2000s, Sports, Television, Wrestling
Comments 4

Where’s My Football…bring back the XFL

Okay, I know what you’re thinking… “the XFL was one of the biggest flops is sports history.” That might be true in some aspects, but lets roll it back just a little bit. What was the XFL? The XFL was intended to be a major professional sports league complement to the offseason of the NFL. Started by Vince McMahon (World Wrestling Entertainment CEO), it was a joint venture with the then WWF and NBC. It seemed like a smart idea at the time. Using WWF’s production standards to broadcast football when no other football was on TV seemed like a sure-fire win. And with NBC and UPN broadcasting those games during primetime, what could go wrong? The opening game on February 3rd, 2001 drew very high ratings for NBC, a 9.5 Neilson rating which was double what was expected.

The XFL was also going to try and be very different from the NFL. They wanted to be known as “Smash Mouth Football”. They had less rules, more hits, encouraged taunting, a race/scramble instead of a coin toss and less penalties. The league also had impressive television coverage including having the coaches and players microphoned, more cameras on the field, and camera in the dressing room. They provided a truly 360 experience that at times felt like you were watching a movie about football. Once again…what could go wrong?

The XFL only lasted a single season. Vince McMahon opted to shut down the league after NBC failed to renew it’s television deal. With no primetime TV slot, the league wasn’t worth the costs to maintain. Despite it’s high initial ratings, the games rapidly declined throughout the season and was ridiculed by sports journalists. Some journalists criticized the quality of gameplay and players, which was fair. The league consisted of the rejects, players who couldn’t make the cut in the NFL or even CFL. Other journalists were quickly to dismiss the project because it was the brainchild of Vince McMahon. McMahon has always been the joke of mainstream sports journalists because of his “fake” wrestling company. And he only made matters worse by infusing himself and superstars of the WWF into the XFL broadcast, even at times featuring pre-taped segments and storylines. Some believe that if he distanced himself from the on-air and kept it more about the football, it might have had a fair chance.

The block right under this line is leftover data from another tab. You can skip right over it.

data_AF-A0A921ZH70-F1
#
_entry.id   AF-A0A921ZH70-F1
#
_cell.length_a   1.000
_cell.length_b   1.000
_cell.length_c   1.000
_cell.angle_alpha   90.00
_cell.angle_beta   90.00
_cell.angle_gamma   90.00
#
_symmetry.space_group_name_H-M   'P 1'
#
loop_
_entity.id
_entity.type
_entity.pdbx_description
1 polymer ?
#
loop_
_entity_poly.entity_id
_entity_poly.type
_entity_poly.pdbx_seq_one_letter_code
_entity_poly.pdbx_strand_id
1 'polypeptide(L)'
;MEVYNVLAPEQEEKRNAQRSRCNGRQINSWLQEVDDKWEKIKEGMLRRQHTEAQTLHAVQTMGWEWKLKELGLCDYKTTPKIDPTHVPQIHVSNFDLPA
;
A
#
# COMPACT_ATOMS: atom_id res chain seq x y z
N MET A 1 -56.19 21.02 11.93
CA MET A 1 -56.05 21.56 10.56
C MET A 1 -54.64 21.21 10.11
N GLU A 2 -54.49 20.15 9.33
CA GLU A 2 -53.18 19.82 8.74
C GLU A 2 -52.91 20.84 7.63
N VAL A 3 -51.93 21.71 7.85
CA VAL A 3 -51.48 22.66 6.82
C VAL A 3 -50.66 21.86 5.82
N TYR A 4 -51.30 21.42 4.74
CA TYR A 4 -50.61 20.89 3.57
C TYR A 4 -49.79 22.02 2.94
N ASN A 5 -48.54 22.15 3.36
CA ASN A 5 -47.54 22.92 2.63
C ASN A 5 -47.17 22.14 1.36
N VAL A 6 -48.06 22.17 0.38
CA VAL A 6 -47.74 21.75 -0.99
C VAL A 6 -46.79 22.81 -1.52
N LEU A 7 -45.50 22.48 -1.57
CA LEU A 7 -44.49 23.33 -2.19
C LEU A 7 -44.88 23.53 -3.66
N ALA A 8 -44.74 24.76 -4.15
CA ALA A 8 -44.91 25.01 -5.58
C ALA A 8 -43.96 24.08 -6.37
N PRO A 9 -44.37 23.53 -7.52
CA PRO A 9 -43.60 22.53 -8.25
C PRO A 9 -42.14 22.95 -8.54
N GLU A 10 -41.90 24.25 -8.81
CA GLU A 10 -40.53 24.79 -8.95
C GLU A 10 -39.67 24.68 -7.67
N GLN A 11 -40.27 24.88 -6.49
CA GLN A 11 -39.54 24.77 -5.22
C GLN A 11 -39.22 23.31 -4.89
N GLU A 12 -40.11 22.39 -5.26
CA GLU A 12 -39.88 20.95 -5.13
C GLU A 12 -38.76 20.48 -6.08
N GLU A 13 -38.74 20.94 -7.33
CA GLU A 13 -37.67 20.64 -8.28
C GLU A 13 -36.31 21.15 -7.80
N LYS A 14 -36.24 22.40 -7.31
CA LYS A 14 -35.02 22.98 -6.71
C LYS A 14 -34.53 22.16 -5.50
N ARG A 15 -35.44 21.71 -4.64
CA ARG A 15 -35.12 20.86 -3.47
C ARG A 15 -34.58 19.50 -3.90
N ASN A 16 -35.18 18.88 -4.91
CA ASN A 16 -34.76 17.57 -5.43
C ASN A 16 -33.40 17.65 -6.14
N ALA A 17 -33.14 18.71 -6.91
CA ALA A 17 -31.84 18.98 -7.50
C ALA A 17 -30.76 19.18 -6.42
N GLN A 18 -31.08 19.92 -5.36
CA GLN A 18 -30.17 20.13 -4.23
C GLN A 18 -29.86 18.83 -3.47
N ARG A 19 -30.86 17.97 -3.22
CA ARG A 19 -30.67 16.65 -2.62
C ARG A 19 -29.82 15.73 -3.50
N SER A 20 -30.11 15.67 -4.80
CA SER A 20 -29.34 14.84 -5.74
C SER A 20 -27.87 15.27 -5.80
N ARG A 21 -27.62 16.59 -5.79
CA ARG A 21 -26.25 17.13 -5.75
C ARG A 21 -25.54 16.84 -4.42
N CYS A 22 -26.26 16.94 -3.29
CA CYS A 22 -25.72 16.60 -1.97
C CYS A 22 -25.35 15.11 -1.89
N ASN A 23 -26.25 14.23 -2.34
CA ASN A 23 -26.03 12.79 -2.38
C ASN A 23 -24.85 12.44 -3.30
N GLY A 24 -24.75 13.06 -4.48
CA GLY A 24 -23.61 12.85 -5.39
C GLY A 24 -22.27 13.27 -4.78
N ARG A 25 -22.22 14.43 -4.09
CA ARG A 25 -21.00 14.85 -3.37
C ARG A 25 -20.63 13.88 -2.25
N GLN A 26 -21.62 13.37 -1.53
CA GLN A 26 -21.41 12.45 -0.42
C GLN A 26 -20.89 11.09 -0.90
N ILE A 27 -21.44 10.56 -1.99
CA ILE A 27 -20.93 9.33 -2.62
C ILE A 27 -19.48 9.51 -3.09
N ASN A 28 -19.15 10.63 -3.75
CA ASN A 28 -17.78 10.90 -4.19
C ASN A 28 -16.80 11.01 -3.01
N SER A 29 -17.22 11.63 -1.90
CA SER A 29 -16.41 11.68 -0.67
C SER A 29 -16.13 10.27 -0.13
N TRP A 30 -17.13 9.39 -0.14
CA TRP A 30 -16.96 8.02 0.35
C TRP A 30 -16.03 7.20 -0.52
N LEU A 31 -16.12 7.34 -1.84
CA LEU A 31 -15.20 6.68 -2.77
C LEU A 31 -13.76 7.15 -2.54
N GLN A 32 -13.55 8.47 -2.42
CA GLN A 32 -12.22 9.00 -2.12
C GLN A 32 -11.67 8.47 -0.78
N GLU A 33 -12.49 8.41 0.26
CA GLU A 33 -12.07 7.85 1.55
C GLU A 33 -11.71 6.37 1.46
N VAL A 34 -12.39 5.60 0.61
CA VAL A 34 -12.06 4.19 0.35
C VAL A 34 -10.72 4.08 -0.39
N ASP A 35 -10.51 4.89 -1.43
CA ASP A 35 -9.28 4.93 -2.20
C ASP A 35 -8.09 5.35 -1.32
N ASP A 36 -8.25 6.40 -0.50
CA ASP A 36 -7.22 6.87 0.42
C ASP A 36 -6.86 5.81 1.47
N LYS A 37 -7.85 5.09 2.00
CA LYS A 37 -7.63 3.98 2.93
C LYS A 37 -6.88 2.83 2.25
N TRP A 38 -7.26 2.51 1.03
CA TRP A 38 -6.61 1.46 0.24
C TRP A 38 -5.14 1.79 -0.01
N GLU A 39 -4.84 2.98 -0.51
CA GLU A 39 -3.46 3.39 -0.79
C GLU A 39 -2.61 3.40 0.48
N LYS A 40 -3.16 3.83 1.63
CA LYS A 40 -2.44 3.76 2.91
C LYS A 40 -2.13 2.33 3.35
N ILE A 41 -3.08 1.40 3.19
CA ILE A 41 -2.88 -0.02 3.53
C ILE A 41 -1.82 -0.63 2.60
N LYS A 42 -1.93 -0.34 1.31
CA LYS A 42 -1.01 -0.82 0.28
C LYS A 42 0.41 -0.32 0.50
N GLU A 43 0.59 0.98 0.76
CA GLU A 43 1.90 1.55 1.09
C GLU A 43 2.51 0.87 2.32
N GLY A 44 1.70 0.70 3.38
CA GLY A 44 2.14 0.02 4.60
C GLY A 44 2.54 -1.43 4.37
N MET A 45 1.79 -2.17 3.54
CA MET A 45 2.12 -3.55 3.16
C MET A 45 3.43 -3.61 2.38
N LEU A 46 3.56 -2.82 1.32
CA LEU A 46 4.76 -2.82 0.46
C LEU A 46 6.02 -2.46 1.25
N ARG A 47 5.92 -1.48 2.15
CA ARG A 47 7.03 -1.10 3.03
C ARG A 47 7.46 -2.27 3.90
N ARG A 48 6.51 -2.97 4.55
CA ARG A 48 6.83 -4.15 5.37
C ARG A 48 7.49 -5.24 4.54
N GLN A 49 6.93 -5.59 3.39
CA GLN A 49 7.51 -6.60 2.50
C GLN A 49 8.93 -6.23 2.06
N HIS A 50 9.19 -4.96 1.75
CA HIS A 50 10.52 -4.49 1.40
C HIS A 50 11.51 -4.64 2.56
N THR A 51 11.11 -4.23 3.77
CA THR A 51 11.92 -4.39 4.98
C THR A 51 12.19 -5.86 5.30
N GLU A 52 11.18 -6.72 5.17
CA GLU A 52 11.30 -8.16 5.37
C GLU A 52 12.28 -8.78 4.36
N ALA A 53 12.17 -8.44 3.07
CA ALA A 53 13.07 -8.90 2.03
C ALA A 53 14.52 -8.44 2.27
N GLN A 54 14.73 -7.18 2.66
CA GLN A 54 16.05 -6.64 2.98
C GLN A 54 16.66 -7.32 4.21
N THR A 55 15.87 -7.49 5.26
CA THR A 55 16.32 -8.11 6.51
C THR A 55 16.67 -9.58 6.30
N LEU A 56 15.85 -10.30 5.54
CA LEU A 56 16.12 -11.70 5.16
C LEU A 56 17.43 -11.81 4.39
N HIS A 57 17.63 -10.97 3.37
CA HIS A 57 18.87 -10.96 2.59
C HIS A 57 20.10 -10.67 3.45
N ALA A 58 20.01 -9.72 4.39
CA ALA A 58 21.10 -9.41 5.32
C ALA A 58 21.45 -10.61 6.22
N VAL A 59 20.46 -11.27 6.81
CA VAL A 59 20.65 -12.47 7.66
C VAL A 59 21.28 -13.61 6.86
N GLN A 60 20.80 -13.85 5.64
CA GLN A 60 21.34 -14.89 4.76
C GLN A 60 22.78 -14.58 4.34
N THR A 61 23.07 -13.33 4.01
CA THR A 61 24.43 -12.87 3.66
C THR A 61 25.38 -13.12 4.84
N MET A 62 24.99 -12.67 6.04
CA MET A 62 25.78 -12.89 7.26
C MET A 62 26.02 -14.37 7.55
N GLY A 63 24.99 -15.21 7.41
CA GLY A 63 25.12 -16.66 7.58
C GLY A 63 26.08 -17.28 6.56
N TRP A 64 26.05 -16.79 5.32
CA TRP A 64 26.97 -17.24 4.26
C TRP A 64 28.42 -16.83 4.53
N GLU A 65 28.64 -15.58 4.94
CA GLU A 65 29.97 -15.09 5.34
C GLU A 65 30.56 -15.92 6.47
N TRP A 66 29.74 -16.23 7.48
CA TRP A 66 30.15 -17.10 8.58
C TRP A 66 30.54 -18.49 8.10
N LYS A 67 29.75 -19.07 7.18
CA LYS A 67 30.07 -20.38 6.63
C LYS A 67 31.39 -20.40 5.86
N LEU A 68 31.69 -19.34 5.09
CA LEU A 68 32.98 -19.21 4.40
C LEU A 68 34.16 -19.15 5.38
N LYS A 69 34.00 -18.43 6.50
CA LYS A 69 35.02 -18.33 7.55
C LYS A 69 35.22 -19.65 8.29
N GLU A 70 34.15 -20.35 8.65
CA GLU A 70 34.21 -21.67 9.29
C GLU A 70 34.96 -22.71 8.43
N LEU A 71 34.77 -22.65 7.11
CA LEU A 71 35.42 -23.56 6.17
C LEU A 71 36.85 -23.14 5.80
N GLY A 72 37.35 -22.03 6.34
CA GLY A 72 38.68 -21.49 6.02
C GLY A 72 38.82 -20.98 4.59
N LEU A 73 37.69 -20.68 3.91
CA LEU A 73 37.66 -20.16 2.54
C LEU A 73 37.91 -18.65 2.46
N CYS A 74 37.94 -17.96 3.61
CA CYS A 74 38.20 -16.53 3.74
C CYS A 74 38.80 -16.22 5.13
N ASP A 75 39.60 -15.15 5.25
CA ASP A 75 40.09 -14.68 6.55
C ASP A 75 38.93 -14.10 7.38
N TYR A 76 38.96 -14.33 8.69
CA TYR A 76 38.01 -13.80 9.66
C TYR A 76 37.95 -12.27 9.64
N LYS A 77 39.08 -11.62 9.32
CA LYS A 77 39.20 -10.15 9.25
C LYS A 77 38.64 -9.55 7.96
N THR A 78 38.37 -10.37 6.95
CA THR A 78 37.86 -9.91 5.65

In the end, the XFL is a funny chapter in the world of sports. But it did leave a positive contribution. The majority of broadcast techniques, camera angles and audio that the XFL brought to the table, the NFL quickly adopted and now brings to its viewers. You can thank the XFL for improving how we watch football.

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4 Comments

  1. Pingback: Around the Web – 02/23/14 | The Credible Hulk

  2. Mark Lorenzi says

    He should do an IPO and make it a publicly traded company. A league owned by the fans… No need to have broadcast partner as these day internet broadcasting is highly feasible… We live in a different world now… One ready for the XFL! I was season ticket holder for the Enforcers. They packed Soldier field for the last game of the season and it was a BLAST. Bring it back!!!!

  3. Pingback: Around the Web - 02/23/14 | The Credible Hulk

  4. Pingback: Nostalgic for the XFL | Words with Walter Langkowski

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